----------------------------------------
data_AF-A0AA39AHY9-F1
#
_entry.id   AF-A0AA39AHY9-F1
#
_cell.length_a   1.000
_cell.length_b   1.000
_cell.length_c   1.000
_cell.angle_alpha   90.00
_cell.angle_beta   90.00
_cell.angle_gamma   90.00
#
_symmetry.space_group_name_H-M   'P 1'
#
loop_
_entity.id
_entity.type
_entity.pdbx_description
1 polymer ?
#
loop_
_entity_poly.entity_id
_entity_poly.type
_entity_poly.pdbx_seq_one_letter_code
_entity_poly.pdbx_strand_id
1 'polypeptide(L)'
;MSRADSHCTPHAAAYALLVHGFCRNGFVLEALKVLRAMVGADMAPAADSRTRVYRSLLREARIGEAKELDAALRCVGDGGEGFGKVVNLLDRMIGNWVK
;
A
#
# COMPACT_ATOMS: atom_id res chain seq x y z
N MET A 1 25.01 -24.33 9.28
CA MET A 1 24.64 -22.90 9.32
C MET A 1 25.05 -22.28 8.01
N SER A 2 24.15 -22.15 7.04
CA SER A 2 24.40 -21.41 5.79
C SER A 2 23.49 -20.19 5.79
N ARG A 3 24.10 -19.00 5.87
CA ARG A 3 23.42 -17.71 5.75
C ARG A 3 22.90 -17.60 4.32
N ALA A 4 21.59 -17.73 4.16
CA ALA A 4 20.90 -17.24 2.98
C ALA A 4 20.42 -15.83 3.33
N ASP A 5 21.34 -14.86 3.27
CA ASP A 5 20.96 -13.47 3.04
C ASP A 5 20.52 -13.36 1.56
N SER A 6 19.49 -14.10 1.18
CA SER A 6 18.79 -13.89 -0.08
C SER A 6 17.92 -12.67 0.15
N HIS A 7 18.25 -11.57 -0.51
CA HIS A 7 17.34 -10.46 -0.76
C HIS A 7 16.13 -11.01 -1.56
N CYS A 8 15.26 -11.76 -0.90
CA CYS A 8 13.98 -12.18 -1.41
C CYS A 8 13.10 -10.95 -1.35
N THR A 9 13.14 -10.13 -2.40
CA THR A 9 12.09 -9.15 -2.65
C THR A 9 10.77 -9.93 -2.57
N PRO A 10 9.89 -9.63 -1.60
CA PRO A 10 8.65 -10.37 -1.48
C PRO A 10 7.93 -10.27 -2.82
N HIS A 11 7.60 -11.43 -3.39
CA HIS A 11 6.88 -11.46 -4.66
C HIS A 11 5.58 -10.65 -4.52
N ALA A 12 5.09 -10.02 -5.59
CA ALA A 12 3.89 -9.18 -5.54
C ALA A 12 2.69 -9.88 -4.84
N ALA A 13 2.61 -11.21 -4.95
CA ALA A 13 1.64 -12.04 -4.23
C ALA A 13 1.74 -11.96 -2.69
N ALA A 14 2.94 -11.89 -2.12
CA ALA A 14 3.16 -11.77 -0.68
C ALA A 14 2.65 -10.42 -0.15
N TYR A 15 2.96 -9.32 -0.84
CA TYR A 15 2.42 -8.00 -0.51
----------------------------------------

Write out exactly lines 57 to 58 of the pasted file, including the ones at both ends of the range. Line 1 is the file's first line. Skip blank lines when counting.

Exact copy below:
C THR A 9 10.77 -9.93 -2.57
N PRO A 10 9.89 -9.63 -1.60